"The language criteria of Greekness was vital, since the Greek verb hellenizein, literally 'to be Greek', basically and originally meant to speek Greek. And this for the Macedonians was a problem. There existed an adverb, makedonisti, that ment 'in Macedonian' (the language or dialect), and that betokened the fact that Macedonians could speak among themselves a language or a dialect that was incomprehensible to other, more standard Greek-speakers. And incomprehemsible too, in such a way as to raise the issue of wheather Macedonian speech was fundamentally Greek.
There were some Greek speakers, it is true, whose version of Greek (local idioms and/or thick accent) caused other Greeks to sneer or laugh at them. The Spartans' spoken Greek struck the Athenian that way, for example. But there was no question of thier being thought not Greek -- or not wholly Greek or not Greek enough -- as a result.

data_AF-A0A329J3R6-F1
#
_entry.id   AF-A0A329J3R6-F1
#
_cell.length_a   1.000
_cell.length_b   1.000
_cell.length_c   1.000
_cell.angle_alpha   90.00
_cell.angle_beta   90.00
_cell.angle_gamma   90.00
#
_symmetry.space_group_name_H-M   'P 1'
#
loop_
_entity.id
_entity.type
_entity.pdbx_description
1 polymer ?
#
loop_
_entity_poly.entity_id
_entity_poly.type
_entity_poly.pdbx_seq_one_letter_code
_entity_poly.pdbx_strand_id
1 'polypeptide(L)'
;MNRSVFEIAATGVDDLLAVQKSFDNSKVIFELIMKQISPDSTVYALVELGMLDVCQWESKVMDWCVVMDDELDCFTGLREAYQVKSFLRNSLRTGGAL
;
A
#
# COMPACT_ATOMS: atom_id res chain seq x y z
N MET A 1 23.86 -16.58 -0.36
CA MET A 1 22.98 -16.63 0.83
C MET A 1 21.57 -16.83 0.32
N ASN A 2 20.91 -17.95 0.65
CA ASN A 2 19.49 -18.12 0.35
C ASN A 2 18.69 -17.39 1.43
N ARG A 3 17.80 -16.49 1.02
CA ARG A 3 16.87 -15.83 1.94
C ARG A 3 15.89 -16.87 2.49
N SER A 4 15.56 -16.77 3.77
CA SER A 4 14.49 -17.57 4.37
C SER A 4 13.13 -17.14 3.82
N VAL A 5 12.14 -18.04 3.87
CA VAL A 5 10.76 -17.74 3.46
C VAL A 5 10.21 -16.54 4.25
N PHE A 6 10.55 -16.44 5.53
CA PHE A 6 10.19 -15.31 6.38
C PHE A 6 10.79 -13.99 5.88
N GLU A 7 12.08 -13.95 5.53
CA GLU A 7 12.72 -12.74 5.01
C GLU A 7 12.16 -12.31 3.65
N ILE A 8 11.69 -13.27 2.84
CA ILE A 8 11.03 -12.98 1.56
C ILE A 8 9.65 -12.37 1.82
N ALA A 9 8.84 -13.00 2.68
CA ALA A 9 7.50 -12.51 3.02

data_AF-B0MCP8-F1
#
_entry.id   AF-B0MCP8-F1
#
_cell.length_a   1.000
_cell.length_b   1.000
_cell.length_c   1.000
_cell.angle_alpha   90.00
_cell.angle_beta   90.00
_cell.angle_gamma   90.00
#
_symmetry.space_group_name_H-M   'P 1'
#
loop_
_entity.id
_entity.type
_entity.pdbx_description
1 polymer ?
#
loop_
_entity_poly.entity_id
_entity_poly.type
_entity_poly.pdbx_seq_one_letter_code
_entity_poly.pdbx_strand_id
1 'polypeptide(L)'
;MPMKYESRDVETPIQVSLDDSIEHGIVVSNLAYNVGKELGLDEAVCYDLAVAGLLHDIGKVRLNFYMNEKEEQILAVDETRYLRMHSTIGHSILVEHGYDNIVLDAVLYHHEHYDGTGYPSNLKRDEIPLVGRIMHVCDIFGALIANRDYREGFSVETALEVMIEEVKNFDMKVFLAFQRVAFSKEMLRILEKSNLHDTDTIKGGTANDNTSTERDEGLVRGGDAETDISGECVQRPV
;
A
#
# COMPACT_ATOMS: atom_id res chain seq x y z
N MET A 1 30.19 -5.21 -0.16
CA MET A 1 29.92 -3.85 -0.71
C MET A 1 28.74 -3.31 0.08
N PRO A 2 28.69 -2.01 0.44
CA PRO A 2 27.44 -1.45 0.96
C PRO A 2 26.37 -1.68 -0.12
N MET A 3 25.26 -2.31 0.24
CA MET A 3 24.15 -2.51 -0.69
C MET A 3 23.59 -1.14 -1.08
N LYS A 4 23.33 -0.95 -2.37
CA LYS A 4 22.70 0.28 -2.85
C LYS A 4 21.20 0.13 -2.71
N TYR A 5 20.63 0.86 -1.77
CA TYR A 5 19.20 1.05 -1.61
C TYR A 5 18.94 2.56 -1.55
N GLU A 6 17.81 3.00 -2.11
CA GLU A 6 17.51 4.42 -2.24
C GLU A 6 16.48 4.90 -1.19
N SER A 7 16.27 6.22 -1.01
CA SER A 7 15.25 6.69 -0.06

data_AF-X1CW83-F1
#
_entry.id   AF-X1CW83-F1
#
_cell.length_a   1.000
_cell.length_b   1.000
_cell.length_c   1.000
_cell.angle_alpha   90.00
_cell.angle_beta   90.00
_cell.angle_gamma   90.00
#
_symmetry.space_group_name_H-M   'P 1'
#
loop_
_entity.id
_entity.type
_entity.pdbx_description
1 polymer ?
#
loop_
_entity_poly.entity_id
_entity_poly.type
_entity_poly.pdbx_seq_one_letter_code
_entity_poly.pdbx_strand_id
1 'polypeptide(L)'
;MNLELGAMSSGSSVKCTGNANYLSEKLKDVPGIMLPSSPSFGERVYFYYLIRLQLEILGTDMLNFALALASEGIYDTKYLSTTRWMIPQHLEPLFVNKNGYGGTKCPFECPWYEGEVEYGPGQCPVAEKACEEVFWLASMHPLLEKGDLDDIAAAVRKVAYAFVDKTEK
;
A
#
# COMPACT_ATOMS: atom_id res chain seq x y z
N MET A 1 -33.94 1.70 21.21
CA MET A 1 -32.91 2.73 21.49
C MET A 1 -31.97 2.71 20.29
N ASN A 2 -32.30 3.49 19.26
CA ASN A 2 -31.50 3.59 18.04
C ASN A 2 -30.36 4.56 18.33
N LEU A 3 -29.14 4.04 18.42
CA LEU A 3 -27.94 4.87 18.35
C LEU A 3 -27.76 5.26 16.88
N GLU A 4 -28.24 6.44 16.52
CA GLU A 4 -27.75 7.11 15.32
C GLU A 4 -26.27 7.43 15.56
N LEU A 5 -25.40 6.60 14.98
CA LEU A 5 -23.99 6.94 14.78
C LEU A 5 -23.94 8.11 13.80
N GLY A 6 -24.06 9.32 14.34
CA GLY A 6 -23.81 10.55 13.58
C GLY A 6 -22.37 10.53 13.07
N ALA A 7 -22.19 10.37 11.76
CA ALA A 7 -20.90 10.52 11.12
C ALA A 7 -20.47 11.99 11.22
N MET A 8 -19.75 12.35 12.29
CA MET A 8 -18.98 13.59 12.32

This was, however, the case with the Macedonian language. It is therefore quite telling that when another standard test of Greekness was applied to Macedonians -- namely, whether or not they were eligible to compete in the all-Greek and only Greek Olympic Games -- the answer delivered by the authorities (of teh city of Elis) in charge of et hgames was deeply ambivalent. Only the King of the Macedonians, they decreed should be considered eligible -- meaning that the Greek status of the rest of his subjects was left at best in limbo. ..."
(Paul Carteledge, Thermopylae, Vintage Books, A Division of Random House, New York, 2006. Seite 60 und 61)